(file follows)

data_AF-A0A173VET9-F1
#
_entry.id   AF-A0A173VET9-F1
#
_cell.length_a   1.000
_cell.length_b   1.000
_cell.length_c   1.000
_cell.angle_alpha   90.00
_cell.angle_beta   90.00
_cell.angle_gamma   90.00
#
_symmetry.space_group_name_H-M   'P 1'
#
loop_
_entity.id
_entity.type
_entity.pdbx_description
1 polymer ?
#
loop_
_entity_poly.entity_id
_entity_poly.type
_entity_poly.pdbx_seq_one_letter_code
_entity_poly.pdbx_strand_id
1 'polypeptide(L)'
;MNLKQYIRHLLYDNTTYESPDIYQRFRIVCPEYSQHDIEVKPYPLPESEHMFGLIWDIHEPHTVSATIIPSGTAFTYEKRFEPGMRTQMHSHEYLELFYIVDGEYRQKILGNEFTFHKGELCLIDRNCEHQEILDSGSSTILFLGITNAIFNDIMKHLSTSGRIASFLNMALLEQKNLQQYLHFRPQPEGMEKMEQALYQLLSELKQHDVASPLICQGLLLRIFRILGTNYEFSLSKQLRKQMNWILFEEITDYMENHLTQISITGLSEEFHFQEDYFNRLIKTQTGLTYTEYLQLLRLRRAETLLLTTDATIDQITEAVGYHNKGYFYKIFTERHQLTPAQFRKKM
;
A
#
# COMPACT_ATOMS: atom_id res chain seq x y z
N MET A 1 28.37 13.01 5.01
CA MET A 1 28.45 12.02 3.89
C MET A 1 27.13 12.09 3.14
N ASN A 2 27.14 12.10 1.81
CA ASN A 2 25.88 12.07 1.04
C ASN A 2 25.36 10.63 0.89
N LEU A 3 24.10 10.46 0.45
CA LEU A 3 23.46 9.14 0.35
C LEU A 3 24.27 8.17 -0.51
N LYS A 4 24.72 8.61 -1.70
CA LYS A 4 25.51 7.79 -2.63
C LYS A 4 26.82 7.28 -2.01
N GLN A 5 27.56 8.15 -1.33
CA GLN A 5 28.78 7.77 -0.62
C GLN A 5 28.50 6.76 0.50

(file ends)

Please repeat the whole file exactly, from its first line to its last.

data_AF-A0A173VET9-F1
#
_entry.id   AF-A0A173VET9-F1
#
_cell.length_a   1.000
_cell.length_b   1.000
_cell.length_c   1.000
_cell.angle_alpha   90.00
_cell.angle_beta   90.00
_cell.angle_gamma   90.00
#
_symmetry.space_group_name_H-M   'P 1'
#
loop_
_entity.id
_entity.type
_entity.pdbx_description
1 polymer ?
#
loop_
_entity_poly.entity_id
_entity_poly.type
_entity_poly.pdbx_seq_one_letter_code
_entity_poly.pdbx_strand_id
1 'polypeptide(L)'
;MNLKQYIRHLLYDNTTYESPDIYQRFRIVCPEYSQHDIEVKPYPLPESEHMFGLIWDIHEPHTVSATIIPSGTAFTYEKRFEPGMRTQMHSHEYLELFYIVDGEYRQKILGNEFTFHKGELCLIDRNCEHQEILDSGSSTILFLGITNAIFNDIMKHLSTSGRIASFLNMALLEQKNLQQYLHFRPQPEGMEKMEQALYQLLSELKQHDVASPLICQGLLLRIFRILGTNYEFSLSKQLRKQMNWILFEEITDYMENHLTQISITGLSEEFHFQEDYFNRLIKTQTGLTYTEYLQLLRLRRAETLLLTTDATIDQITEAVGYHNKGYFYKIFTERHQLTPAQFRKKM
;
A
#
# COMPACT_ATOMS: atom_id res chain seq x y z
N MET A 1 28.37 13.01 5.01
CA MET A 1 28.45 12.02 3.89
C MET A 1 27.13 12.09 3.14
N ASN A 2 27.14 12.10 1.81
CA ASN A 2 25.88 12.07 1.04
C ASN A 2 25.36 10.63 0.89
N LEU A 3 24.10 10.46 0.45
CA LEU A 3 23.46 9.14 0.35
C LEU A 3 24.27 8.17 -0.51
N LYS A 4 24.72 8.61 -1.70
CA LYS A 4 25.51 7.79 -2.63
C LYS A 4 26.82 7.28 -2.01
N GLN A 5 27.56 8.15 -1.33
CA GLN A 5 28.78 7.77 -0.62
C GLN A 5 28.50 6.76 0.50